NOTE: We will want 3 cups of oyster juice in all so if there isn’t enough just add some water to make up the difference.
Make the soup-base
Place another Dutch oven over medium-high heat and melt the butter. Add the green onions, celery, and leeks to the butter, sauté for about 3 minutes, stirring constantly. The vegetables should be starting to soften.
Add the garlic and creole seasoning and continue to stir until the garlic is aromatic. This will take another 2 or 3 minutes.
Add the flour and stir constantly to make a light roux. You may want to use a whisk. Since the vegetables were added before the flour, this won’t look like a traditional oil/flour roux but the flour will coat all of the onions and celery and create a nice layer of flavor. Keep stirring or whisking while the flour taste cooks out, which will be about 3 minutes.
Add the parsley, kosher salt and ground black pepper. Stir to completely combine all the ingredients.
Warm the milk in the microwave or in a saucepan. Increase the heat under the Dutch oven, then add the milk slowly, whisking or stirring constantly as you do.
Continue to whisk or stir constantly until a smooth, thick base forms with no lumps.
Gradually add the heavy cream into the roux mixture.
Bring the mixture to a heavy simmer for about 3 minutes, stirring or whisking constantly.
Add 3 cups of oyster liquid (add water to make 3 cups if you don’t have enough).
Bring it to a boil, then lower the heat to maintain a heavy simmer for about 15 minutes, uncovered, while the soup thickens.
Add the oysters and finish
Add the oysters and continue to simmer for about 5 minutes. Oysters cook quickly so, for best results, you don't want to go much longer than that.
Add a few to several dashes of Tabasco hot sauce (depending on your taste). Stir well and taste for seasoning. Add kosher salt and black pepper and Tabasco hot sauce, if needed. Serve immediately with some parsley flakes sprinkled on top and some nice, crispy french bread.
Hints and Tips
I highly recommend using whole milk to get all the flavors of the milk fat. You can use 2% milk if you would like, but I don’t recommend non-fat milk. Warm the milk before you add it to the roux mixture as that will help avoid lumps. Whisk or stir constantly as you slowly add the milk. Once it has all been added and you have a smooth base, you can add the heavy cream cold.
Leeks can sometimes have some dirt or grit stuck between it's layers. A leek is like a bunch of tubes layered on top of each other so if you slice them crossways you will get small rings. The grit can hide between those rings. There are a few ways to clean them, but this one works for me: slice out the white section you want to use. Pull off any discolored or dried outer layers and discard. Make a slice lengthwise to cut the leek in half, then repeat that with each half so you end up with 4 long quarters. Hold each quarter under running cold water and manipulate the layers so the water rinses out any grit. Place the cleaned leek on some paper towels to drain.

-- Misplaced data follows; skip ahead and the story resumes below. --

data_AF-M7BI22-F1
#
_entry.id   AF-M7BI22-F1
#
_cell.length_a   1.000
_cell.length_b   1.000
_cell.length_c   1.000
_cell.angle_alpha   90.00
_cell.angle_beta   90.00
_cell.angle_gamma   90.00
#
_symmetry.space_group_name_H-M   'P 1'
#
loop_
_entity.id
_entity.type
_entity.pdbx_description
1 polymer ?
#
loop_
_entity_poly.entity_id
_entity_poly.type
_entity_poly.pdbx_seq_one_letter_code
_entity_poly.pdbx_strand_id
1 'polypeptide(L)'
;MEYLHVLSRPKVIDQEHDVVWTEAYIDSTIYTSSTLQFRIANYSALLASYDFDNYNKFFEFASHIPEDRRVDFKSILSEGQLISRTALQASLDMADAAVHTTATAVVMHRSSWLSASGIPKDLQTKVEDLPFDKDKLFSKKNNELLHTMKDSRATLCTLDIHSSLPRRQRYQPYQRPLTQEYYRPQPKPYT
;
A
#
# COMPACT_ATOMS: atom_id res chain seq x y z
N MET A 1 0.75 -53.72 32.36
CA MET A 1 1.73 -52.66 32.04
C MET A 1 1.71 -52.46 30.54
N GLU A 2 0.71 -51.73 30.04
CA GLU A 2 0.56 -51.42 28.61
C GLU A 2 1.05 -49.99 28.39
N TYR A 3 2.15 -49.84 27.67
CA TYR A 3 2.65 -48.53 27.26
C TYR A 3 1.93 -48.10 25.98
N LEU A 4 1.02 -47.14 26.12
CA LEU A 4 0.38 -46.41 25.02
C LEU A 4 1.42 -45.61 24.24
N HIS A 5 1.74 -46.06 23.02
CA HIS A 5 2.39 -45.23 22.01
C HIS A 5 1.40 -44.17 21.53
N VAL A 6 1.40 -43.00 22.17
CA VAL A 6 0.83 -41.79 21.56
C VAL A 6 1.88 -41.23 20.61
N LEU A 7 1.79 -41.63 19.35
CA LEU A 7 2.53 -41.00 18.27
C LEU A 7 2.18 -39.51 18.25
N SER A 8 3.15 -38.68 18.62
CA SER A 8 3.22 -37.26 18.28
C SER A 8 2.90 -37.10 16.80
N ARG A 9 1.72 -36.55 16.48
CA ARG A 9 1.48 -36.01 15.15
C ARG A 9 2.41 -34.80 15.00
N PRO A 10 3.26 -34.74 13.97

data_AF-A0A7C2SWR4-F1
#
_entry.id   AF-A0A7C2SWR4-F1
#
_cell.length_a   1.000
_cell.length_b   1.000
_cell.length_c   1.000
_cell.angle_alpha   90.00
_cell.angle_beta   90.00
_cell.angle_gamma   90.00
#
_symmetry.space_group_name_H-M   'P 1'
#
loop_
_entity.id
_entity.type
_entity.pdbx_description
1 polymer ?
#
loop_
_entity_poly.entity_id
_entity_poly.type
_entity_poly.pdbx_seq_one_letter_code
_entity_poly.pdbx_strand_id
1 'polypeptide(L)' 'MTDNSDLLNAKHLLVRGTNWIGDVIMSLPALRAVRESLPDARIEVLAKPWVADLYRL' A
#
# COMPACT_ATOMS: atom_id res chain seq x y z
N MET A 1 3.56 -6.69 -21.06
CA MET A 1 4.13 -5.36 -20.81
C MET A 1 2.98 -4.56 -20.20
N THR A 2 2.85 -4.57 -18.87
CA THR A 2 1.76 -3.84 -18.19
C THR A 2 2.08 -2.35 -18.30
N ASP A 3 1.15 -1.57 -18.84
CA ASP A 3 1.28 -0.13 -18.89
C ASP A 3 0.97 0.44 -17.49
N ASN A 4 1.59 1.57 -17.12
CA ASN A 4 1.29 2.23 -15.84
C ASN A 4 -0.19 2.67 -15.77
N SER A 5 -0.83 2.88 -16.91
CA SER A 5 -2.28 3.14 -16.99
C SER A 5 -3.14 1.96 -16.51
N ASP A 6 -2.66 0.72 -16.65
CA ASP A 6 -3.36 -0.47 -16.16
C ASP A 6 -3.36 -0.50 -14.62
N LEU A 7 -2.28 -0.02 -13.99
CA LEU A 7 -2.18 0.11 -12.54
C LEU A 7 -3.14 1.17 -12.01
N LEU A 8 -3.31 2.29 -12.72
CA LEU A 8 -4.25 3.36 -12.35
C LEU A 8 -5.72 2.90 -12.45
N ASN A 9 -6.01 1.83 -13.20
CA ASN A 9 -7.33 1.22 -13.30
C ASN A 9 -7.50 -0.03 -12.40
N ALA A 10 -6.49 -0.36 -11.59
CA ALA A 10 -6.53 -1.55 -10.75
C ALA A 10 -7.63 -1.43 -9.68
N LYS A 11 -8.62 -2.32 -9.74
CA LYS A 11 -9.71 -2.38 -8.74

You can refrigerate leftover Oyster Soup for about 3 to 4 days as long as you use an airtight container. Let the soup cool off before refrigerating. Reheat in a saucepan over medium heat until completely warmed through. If the milk, cream and butter start to separate, stir or whisk vigorously until it is repaired.
I don’t recommend freezing leftover Oyster Soup, but it can be done. Actually, I’ve never really had enough leftover to worry about it. The problem with freezing Oyster Soup is that the solids in the butter/milk/cream may separate from the liquid and the oysters may lose a little of their texture and flavor. But like I said, it can be done with no problem and the soup should maintain good quality for up to 3 months if stored in an airtight container. Defrost the soup in the refrigerator, then warm slowly in a saucepan. If there is a lot of separation, pull the oysters out of the soup with a slotted spoon. Vigorously whisk the soup while it is heating up, then put the oysters back in and let them warm through. If you think it needs it, you can whisk in a small amount of warm milk.